• Another way may be simply to use M.E. (Martian Era) after the Martian Year ("Versary") count given in familiar, arithmetically convenient Arabic numerals. Earth years can remain in A.D.
    • "A.D., Anno Domini = The Year of Our Lord = since the birth of Christ (apparently miscalculated and probably in 4, 5, or 6 B.C.) is rapidly becoming C.E. (Common Era) in the growing portion of the non-Christian world that has adopted western timekeeping for everyday affairs (while still using local calendars for cultural events, e.g. Chinese New Year.)
    • Yet another gimmick to differentiate the two time counts, would be to put the Martian "versary" count in brackets, e.g. 1 Gemini [37] - any notation but Roman numerals! Let's bear in mind that these nuances only exist in print. Orally, there is no difference between 3 and III, both commonly pronounced "three", unless we are now to start saying "I", "I", "I" instead of "3" and so on ? !

    Other Details:

    Details such as the manner of calculating leap years, are moot points, safely left up to committees.

    However, to keep the first of the year, and the first of each twelfthweek accounting period always on the first day of the week, any intercalary days / dates used to adjust accumulated fractions when they amount to an integral sol, should be "outside the week" e.g. "between Saturday and Sunday or their Martian equivalents, or "subtracting" a weekday that particular week, as the need may be (to add or subtract).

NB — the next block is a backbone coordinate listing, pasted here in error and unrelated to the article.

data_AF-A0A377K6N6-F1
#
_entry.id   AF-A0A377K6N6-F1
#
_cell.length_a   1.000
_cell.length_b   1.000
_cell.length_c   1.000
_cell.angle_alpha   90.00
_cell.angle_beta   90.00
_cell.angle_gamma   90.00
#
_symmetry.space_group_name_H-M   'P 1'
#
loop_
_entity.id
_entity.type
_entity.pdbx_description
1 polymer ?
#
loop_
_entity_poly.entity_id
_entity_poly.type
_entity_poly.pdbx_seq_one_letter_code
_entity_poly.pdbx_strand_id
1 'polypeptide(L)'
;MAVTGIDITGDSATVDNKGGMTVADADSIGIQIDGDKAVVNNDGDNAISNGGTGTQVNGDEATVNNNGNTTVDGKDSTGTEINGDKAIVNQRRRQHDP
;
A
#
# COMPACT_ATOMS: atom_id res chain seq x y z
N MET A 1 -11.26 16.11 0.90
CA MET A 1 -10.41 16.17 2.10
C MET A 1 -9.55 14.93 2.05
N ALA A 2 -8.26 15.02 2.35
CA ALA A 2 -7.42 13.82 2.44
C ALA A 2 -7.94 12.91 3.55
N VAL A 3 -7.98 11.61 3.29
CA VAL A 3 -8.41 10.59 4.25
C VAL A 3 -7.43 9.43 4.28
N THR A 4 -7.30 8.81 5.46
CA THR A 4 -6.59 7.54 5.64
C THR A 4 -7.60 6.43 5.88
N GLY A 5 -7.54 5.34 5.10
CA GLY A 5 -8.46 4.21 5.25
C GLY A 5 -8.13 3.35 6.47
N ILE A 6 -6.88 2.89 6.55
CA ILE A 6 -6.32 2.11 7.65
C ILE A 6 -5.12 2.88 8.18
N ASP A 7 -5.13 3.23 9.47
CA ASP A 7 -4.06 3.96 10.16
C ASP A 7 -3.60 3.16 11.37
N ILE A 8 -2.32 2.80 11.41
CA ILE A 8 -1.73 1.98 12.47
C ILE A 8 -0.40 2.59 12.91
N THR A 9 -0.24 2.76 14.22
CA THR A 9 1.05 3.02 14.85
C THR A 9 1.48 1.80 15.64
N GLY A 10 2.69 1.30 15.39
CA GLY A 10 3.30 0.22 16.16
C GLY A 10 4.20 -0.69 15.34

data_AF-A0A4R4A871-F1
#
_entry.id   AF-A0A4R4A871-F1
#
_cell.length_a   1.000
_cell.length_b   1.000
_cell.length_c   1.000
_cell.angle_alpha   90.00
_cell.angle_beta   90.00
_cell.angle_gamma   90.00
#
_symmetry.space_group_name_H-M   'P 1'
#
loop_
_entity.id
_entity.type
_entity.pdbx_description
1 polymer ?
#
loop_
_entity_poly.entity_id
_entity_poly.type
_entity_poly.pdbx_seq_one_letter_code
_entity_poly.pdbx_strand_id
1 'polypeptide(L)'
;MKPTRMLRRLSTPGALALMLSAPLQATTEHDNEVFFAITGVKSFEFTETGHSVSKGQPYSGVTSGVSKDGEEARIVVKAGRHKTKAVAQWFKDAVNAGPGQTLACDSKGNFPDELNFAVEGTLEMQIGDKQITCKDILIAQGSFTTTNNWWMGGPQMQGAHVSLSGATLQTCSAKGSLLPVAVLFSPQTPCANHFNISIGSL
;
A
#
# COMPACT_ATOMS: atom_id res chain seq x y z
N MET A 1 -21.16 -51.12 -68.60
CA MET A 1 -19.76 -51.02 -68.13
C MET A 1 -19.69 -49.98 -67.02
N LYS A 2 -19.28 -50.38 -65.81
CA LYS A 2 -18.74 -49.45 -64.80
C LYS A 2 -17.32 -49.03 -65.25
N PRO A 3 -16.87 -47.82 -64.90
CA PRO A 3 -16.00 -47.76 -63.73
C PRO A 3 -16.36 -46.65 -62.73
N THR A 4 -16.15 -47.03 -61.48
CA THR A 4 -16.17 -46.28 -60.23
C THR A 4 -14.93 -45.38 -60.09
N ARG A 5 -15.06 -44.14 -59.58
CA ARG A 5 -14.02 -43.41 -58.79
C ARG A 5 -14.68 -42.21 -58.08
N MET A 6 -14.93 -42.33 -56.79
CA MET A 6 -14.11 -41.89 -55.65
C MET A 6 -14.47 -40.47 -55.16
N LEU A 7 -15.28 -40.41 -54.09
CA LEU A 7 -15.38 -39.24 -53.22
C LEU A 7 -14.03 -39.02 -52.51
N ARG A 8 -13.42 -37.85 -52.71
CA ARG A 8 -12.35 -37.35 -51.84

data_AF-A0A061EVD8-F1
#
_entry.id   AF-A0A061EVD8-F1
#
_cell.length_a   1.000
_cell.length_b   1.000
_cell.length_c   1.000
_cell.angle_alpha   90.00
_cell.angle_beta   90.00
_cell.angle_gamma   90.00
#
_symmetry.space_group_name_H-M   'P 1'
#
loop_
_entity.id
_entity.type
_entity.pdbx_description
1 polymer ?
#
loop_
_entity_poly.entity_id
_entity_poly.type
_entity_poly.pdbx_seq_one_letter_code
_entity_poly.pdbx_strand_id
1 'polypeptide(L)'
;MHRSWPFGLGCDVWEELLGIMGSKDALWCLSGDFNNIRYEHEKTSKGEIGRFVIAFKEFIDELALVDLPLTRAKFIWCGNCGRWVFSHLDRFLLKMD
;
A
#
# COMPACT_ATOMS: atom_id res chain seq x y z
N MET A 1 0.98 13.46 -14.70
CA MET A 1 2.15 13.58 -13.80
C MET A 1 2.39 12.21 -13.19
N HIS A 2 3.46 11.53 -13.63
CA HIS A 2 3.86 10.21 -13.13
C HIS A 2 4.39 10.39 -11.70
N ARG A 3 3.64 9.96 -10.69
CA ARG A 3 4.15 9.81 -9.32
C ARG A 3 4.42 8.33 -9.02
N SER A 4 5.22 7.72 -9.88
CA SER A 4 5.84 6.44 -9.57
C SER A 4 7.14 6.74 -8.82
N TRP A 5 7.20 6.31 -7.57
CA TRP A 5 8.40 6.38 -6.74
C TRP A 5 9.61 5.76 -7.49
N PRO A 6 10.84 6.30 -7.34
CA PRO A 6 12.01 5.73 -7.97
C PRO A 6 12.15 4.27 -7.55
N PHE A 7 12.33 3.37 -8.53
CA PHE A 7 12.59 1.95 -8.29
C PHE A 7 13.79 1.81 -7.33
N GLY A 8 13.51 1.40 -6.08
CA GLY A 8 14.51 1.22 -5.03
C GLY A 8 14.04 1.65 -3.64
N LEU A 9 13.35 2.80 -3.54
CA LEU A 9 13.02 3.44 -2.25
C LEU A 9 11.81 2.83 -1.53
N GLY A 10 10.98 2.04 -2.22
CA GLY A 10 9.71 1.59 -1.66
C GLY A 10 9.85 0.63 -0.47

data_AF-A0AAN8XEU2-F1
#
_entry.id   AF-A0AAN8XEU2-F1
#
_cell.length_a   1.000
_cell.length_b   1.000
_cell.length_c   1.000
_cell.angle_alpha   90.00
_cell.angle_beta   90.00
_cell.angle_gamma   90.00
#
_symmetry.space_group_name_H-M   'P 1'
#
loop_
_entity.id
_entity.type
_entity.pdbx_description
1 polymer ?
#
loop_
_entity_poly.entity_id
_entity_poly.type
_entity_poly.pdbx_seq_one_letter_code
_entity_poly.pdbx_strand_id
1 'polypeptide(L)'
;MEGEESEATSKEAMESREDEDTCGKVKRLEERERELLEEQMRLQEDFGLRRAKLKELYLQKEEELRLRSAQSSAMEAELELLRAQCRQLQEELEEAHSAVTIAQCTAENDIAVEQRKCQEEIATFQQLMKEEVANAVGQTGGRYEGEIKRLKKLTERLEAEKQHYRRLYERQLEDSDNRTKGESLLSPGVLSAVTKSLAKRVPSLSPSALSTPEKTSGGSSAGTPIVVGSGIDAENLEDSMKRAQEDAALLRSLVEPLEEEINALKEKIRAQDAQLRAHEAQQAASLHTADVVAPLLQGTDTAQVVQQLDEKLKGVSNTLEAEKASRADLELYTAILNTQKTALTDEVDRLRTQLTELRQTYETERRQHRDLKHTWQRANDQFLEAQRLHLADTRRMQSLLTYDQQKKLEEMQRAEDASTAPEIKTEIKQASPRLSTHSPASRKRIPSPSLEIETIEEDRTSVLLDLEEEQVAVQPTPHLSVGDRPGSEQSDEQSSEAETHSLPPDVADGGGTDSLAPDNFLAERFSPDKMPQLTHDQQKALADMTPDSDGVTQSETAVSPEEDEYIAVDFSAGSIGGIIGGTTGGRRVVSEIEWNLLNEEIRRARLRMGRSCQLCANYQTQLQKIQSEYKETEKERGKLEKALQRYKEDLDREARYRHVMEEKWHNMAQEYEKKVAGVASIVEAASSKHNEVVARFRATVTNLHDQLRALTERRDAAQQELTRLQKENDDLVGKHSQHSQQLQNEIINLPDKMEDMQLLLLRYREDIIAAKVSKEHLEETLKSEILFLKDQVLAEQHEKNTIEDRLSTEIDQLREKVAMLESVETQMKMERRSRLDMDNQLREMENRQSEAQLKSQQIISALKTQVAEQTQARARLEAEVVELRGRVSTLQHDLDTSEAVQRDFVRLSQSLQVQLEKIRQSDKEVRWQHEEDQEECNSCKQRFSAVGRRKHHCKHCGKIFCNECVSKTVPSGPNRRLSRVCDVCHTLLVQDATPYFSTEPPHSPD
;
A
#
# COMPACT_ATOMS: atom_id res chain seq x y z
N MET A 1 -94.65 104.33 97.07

A Summary Comparison - any school child can learn

EARTH

year

quarter

month

day

hour

minute

second

MARS

versary

octant

zode

sol

chron

moment

tic

Multiplier

1.88

0.94

1.41 - 2.17

1.0275*

1.0275*

1.0275*

1.0275*

* NOTE: 36 Mars units (sols, chrons, moments, tics) = 37 Earth units

 

Main Menu
Pete's Mars Pages HOME
Re: Dr. Zubrin's
Mars Calendar
Ambitious Project Ideas
M.A.R.S. on Devon Island
Technologies Needed
Role of the Moon (IMHO)
Selected Mars Articles
Moon Miners' Manifesto
A Selection of Mars Links
& Other Mars Pages
Constructive Discuss
List on Project Ideas
Seeds of Martian Culture
One Way to Mars
Meeting Mars Halfway